Now, for the unlucky people, Dr. Wiseman found that they scored twice as high on the neuroticism scale than their lucky counterparts, meaning they were highly neurotic about bad things happening. They had considerably more anxiety about life in general, which is a trait that can actually be beneficial because anxiety is about focusing on things that haven’t happened, but could, and feeling a lack of control over those things. Anxiety can help some people focus more on a task, but that focus also increases the odds that those people will not be able to see the opportunities around them. Or, if they do see what the lucky people would consider opportunities, the unlucky people see as more anxiety and potential danger. The unlucky people are more interested in their routine of staying in their safety bubble than going out and meeting new people or trying new things. The unlucky people, Dr. Wiseman found, also had a tendency to have tunnel vision in their careers because they were more interested in playing it safe than stirring things up and creating opportunities for themselves. All of this becomes a self-fulfilling prophecy for the unlucky as well because they end up creating lives for themselves that proves their beliefs about what can and can’t be. They end up being apathetic about their careers, which is what they told themselves would happen, they end up working in careers they don’t enjoy for far too long, and then they tell themselves that that’s just life. The lucky people, on the other hand, since they are more extroverted, more outgoing, out meeting new people, and more positive about life in general, tend to create their own new opportunities that lead to better job and career prospects, better growth opportunities, and, again, a self-fulfilling prophecy of a life filled with what some would call luck.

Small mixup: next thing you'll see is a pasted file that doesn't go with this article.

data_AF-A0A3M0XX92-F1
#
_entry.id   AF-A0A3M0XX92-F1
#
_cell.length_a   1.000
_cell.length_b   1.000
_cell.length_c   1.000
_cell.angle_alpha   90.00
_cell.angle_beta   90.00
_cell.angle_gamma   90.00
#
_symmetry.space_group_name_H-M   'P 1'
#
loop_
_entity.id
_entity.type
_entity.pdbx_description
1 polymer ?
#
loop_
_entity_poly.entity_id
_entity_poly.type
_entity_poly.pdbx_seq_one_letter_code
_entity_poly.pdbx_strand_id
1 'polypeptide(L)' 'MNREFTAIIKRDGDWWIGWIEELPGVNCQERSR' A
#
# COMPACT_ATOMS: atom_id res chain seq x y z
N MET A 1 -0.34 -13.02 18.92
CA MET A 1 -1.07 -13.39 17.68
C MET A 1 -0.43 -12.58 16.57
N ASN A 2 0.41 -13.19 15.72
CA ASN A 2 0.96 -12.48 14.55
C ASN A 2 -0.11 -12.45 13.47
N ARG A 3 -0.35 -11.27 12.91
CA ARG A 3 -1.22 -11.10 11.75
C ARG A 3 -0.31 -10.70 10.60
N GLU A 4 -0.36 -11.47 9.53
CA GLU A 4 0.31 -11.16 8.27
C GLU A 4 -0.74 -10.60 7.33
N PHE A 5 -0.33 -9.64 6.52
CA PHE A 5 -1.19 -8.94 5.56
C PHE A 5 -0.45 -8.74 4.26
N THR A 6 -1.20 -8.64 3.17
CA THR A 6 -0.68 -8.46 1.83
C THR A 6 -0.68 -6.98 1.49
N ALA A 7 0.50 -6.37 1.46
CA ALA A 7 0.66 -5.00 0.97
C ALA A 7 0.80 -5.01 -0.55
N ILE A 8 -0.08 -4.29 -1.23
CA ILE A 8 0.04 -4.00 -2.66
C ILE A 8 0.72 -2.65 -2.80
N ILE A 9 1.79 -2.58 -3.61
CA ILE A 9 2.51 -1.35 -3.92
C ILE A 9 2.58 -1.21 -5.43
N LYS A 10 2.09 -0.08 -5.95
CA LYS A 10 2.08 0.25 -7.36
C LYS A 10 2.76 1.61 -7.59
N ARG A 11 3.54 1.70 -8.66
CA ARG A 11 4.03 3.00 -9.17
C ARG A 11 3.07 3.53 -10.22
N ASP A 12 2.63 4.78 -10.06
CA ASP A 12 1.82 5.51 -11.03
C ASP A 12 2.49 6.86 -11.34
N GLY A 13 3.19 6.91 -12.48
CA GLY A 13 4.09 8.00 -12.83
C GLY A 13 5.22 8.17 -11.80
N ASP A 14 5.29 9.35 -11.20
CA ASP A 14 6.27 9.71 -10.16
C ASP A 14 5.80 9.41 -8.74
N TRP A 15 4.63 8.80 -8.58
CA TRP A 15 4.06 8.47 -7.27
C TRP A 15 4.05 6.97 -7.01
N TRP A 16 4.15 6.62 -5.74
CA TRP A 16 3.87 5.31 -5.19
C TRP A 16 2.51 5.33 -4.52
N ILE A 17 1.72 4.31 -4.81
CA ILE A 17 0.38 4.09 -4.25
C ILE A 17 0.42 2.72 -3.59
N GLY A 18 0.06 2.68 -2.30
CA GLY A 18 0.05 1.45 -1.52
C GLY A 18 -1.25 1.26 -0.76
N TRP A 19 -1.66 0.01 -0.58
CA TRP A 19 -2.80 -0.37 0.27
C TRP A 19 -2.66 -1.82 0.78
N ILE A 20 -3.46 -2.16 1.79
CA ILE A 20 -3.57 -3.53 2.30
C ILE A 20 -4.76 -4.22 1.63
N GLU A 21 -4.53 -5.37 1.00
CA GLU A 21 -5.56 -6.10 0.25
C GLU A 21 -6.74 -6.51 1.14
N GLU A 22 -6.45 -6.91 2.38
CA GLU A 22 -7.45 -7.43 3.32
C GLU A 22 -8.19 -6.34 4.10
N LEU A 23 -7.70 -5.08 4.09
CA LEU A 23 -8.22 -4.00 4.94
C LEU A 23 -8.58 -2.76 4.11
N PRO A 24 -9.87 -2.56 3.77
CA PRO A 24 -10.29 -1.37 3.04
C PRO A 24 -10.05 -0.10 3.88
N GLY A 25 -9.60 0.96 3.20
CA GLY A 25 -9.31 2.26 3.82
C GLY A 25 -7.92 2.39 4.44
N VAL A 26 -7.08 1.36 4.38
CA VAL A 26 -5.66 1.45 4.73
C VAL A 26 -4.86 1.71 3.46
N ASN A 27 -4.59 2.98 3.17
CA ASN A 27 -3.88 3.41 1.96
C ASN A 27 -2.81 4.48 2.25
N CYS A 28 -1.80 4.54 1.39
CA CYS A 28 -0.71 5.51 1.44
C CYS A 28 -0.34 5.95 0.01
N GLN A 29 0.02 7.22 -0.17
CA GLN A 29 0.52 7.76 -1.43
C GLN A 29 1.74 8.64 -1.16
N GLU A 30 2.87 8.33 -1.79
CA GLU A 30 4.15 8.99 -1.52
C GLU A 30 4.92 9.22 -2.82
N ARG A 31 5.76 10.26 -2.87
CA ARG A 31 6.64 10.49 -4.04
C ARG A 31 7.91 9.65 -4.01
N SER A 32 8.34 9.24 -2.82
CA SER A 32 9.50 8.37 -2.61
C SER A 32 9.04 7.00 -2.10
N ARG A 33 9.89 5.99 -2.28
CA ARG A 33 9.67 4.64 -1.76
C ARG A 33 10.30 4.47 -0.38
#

So, here are the 7 traits, or habits if you prefer, of lucky people that, if you adopt and deploy in your own life, will surely increase how lucky you are. The first trait or habit is that of mindfulness. Now, I know, the term mindfulness is typically associated with meditation practices, zen, yoga, and a whole movement over the last 20 years to help people lead more meaningful and awakened lives, but the term mindfulness in this case is more a reminder toward situational and self-awareness. Being aware of what’s going on around you, as well as inside of you; your emotions and thoughts, leads eventually to being less judgmental about things and more open to good things coming your way. Those deemed unlucky tend to be quick to judge, and usually negatively, which also closes them off to seeing something good from situations and watching as things unfold naturally. If you want to become a lucky person intentionally, become more mindful and situationally aware.